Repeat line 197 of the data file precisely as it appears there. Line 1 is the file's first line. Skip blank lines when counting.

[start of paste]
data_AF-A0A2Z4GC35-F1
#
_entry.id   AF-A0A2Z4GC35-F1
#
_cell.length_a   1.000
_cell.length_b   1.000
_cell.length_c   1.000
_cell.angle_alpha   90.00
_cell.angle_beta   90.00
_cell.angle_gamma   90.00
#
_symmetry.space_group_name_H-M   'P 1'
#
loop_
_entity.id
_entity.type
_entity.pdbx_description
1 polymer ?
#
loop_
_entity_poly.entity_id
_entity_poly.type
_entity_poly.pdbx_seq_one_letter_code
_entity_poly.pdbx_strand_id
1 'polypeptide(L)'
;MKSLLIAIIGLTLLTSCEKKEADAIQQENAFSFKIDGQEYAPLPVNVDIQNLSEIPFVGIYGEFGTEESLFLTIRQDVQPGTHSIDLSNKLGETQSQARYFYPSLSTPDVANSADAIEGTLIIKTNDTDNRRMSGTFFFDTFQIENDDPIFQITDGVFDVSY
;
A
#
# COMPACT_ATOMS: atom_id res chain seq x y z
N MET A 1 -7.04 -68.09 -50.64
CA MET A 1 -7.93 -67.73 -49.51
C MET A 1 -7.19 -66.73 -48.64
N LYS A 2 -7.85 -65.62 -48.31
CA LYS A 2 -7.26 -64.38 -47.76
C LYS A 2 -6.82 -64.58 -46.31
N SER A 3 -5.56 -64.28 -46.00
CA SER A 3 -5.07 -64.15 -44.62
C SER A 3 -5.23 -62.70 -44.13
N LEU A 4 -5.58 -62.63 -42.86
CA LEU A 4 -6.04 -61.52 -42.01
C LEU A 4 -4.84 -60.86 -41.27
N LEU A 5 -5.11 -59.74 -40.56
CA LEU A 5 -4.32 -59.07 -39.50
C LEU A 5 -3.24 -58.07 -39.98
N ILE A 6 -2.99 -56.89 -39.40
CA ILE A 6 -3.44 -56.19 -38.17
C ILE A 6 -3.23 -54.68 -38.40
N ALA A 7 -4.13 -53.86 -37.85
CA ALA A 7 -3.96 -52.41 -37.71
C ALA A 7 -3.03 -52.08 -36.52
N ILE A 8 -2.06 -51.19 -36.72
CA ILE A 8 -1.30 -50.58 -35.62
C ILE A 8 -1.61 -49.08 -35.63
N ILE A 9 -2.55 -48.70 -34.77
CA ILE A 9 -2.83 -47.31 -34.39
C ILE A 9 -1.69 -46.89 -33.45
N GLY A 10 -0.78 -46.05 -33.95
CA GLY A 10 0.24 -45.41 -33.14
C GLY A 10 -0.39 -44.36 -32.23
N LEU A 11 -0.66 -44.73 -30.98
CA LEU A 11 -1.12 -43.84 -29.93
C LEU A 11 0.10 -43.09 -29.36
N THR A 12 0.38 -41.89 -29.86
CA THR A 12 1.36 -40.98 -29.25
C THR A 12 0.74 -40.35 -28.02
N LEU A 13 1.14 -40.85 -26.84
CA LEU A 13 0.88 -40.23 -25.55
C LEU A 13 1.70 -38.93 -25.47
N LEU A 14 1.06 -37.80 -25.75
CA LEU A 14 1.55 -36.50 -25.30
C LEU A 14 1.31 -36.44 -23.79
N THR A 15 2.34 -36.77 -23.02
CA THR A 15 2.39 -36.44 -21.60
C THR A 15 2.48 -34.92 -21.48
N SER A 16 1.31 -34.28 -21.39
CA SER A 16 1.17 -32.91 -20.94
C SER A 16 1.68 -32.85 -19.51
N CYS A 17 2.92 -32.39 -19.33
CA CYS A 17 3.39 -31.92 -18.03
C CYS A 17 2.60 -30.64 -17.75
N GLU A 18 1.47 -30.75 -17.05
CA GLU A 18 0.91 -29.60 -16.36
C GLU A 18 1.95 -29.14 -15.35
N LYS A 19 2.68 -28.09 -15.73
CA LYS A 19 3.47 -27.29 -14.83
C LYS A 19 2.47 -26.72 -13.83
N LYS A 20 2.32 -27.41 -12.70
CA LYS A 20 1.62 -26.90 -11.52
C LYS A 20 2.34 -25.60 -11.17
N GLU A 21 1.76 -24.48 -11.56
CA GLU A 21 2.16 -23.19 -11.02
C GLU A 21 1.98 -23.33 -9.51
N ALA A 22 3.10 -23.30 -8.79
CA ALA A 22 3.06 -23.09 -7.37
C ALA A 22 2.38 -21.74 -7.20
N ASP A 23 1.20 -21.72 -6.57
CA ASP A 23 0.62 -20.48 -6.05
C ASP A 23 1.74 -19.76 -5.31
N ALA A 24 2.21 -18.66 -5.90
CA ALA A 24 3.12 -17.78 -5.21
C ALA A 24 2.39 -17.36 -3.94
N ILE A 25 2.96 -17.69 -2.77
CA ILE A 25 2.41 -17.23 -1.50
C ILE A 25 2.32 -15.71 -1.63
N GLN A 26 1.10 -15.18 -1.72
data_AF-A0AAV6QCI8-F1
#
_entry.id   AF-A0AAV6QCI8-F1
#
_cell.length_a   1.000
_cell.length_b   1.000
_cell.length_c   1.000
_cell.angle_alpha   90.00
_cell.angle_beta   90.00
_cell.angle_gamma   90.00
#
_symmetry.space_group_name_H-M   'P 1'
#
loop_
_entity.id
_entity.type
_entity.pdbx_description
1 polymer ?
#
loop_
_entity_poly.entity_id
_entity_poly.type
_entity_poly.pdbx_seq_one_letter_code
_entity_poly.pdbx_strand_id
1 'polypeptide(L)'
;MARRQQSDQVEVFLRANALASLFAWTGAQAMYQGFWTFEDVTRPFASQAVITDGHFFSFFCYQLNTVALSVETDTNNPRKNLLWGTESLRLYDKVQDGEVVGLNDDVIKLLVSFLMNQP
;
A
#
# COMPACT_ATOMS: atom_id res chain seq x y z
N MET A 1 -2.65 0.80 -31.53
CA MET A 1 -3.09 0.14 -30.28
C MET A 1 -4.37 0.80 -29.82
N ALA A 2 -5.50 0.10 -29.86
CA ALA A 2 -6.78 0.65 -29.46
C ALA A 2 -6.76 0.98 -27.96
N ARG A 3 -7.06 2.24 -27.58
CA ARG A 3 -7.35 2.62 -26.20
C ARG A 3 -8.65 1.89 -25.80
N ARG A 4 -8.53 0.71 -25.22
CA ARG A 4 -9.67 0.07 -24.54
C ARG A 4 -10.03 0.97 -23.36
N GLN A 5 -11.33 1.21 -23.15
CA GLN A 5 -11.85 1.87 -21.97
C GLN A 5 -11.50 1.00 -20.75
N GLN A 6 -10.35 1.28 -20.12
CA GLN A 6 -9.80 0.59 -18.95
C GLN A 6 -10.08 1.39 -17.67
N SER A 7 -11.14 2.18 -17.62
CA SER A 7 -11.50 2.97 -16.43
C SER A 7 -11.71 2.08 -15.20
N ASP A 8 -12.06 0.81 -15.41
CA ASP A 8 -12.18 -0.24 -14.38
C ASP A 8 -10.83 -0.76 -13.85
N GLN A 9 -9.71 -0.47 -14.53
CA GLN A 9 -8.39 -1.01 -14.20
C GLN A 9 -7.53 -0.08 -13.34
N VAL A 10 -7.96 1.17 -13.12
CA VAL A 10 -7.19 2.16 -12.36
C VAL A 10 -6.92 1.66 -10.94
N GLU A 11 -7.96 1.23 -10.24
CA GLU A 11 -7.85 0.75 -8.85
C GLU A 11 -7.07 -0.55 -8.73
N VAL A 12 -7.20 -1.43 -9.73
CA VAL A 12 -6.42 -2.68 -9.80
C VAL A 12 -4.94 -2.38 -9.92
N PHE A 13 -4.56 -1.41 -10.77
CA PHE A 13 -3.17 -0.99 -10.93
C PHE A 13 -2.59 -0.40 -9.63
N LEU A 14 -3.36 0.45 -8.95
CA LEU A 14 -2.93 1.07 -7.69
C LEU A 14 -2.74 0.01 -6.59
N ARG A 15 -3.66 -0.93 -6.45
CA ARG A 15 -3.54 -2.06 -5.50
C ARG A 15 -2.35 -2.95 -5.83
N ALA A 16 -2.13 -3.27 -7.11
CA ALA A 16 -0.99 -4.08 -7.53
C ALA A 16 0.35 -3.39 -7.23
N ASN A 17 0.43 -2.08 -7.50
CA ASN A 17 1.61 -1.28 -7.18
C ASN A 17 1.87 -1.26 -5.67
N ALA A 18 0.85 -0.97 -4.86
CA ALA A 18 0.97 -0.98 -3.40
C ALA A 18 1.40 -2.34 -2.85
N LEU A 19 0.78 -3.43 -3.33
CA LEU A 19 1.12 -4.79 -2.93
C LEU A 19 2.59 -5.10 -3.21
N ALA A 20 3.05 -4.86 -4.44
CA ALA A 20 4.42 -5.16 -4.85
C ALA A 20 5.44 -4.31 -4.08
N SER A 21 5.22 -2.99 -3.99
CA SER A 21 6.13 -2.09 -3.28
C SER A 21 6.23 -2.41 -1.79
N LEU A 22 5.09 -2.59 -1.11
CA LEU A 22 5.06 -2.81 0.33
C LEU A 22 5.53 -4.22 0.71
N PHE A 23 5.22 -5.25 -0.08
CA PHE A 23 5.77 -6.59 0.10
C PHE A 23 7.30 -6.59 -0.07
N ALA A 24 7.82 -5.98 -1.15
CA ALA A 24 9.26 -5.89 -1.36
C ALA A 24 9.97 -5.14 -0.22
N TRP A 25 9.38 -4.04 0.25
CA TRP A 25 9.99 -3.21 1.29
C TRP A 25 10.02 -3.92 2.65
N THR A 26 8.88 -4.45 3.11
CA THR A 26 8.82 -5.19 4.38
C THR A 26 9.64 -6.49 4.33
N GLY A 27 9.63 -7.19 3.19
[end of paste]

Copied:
N SER A 21 5.22 -2.99 -3.99